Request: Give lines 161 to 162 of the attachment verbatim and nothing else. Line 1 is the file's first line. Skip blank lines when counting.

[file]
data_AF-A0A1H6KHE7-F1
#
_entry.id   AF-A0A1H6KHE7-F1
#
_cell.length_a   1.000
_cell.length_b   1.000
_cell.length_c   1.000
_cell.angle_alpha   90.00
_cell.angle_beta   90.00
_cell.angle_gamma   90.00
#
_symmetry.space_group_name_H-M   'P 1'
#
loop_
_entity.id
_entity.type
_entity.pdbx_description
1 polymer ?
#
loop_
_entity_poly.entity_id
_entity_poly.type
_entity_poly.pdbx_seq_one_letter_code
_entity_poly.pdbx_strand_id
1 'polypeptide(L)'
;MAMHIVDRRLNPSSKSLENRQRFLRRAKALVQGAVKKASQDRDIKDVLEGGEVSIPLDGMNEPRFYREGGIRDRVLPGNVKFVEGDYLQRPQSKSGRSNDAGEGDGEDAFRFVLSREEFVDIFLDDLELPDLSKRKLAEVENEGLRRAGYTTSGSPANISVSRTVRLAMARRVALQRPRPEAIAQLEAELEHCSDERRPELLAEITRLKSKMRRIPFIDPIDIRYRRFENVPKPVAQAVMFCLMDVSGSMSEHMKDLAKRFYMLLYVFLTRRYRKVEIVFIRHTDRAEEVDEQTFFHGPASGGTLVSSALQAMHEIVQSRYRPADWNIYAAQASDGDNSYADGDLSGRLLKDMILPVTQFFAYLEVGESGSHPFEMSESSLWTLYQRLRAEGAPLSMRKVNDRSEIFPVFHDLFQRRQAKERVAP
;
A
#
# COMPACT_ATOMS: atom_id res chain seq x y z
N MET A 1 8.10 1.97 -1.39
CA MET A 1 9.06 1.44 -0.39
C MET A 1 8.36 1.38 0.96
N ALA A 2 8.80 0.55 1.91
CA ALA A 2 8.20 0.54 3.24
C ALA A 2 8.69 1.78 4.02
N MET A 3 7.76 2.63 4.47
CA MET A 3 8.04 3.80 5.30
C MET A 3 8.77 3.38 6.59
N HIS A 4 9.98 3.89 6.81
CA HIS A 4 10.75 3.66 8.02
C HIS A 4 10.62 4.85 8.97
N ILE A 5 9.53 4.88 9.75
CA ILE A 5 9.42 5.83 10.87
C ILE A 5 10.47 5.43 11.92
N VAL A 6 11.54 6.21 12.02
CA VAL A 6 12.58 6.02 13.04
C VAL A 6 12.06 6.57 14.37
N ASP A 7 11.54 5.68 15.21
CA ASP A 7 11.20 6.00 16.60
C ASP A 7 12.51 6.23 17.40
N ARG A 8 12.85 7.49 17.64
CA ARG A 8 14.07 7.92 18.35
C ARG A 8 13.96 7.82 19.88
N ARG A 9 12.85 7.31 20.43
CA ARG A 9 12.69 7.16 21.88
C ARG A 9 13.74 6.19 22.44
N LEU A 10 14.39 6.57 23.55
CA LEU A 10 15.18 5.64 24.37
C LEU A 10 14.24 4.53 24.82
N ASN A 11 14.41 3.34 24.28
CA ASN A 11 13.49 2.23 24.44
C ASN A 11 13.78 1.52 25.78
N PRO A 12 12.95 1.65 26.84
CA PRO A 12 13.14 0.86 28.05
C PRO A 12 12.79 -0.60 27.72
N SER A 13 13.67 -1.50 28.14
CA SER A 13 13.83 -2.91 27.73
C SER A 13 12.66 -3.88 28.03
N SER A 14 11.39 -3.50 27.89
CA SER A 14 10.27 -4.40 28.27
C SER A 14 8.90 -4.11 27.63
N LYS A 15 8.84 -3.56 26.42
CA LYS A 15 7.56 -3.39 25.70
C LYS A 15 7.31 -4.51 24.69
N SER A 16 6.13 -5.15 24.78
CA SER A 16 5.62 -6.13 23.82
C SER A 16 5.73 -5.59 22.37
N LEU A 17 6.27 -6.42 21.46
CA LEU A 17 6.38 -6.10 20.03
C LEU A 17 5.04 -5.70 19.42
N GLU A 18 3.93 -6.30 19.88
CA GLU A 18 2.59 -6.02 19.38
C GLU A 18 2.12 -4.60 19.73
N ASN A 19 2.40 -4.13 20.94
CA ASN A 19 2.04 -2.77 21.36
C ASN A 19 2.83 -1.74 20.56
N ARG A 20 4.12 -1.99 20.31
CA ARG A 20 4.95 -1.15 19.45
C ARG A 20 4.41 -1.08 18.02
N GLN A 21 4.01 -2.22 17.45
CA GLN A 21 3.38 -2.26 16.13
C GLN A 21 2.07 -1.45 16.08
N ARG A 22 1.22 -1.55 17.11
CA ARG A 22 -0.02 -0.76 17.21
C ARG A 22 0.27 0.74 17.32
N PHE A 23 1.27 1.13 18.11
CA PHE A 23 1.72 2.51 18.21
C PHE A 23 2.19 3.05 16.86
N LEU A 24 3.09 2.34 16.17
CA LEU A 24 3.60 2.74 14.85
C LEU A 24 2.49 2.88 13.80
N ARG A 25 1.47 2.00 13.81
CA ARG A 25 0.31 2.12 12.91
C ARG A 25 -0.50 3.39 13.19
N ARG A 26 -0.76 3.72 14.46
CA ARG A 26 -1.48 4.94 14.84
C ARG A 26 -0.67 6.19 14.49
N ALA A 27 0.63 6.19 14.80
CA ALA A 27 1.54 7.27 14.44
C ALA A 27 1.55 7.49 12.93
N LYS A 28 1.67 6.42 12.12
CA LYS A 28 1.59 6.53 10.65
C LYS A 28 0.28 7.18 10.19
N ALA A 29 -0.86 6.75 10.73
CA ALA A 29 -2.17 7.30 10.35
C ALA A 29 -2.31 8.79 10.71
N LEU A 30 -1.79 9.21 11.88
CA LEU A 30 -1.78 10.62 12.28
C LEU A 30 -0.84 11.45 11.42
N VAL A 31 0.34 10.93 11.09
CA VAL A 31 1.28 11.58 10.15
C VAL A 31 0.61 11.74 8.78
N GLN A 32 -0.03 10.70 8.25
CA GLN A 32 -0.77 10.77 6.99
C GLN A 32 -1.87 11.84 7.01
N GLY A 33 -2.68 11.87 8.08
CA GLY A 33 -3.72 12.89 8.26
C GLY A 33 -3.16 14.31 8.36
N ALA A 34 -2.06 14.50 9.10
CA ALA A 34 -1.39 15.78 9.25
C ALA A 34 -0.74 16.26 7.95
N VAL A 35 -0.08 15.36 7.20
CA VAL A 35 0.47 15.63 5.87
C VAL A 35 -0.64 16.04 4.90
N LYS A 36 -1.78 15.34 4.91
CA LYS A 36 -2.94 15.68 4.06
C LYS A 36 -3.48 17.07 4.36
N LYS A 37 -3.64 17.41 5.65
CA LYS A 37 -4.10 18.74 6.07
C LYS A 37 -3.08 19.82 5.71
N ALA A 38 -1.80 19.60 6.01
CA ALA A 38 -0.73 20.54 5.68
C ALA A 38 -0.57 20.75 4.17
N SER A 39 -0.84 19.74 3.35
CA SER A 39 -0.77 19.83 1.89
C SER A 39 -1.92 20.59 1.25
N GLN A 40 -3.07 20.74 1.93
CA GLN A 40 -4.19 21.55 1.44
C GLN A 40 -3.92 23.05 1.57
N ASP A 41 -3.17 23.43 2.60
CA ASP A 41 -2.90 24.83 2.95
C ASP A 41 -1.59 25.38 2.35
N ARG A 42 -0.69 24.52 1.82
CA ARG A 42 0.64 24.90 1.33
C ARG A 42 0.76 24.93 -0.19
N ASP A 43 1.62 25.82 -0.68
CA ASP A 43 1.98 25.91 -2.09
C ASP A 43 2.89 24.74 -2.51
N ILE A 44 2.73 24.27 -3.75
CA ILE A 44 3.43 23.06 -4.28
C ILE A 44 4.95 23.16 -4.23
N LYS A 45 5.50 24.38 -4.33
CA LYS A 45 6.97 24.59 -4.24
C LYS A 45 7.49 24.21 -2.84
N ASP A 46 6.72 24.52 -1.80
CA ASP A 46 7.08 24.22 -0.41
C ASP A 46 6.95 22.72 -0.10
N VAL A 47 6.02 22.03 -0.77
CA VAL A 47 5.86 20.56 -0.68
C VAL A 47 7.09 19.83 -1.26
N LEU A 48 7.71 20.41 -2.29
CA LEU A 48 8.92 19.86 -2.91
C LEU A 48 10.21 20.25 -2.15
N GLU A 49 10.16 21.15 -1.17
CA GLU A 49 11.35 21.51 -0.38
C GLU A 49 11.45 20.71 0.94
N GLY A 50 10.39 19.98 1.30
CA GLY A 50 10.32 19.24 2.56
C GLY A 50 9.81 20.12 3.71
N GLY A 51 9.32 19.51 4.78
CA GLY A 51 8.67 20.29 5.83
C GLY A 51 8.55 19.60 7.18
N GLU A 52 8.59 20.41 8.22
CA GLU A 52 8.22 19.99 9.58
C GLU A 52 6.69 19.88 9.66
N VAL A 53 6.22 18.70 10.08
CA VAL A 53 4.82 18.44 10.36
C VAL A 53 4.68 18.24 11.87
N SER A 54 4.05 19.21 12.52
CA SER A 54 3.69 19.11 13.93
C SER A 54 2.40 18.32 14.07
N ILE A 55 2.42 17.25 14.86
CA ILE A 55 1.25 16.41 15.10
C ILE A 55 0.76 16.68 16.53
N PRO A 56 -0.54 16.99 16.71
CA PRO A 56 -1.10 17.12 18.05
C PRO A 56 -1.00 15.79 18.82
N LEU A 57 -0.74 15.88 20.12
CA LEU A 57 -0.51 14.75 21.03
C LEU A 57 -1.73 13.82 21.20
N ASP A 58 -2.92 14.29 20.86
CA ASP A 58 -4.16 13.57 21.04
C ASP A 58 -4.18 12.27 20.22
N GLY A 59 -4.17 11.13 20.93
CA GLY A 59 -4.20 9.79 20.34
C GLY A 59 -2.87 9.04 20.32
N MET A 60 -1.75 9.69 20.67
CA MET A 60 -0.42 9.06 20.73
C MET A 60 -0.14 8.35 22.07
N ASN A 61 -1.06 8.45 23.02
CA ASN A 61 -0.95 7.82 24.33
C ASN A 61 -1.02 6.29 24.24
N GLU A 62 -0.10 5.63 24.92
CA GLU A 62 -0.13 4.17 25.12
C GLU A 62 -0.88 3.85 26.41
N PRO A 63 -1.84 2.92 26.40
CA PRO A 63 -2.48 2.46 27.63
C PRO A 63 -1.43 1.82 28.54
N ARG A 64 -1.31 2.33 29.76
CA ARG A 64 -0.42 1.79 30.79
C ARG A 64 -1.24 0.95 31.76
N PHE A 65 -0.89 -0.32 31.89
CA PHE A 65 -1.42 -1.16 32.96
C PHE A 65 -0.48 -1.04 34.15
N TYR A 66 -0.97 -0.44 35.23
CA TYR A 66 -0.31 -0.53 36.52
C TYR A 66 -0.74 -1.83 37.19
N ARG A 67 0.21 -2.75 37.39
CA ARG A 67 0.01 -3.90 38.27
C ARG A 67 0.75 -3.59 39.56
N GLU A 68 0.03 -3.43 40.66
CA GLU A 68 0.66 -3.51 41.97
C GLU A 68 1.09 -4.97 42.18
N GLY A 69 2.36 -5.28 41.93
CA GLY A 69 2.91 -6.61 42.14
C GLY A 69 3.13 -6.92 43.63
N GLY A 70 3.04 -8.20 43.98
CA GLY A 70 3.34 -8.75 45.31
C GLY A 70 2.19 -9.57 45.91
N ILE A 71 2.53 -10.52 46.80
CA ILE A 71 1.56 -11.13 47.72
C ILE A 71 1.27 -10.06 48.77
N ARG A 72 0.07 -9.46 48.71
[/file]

CA ILE A 44 3.43 23.06 -4.28
C ILE A 44 4.95 23.16 -4.23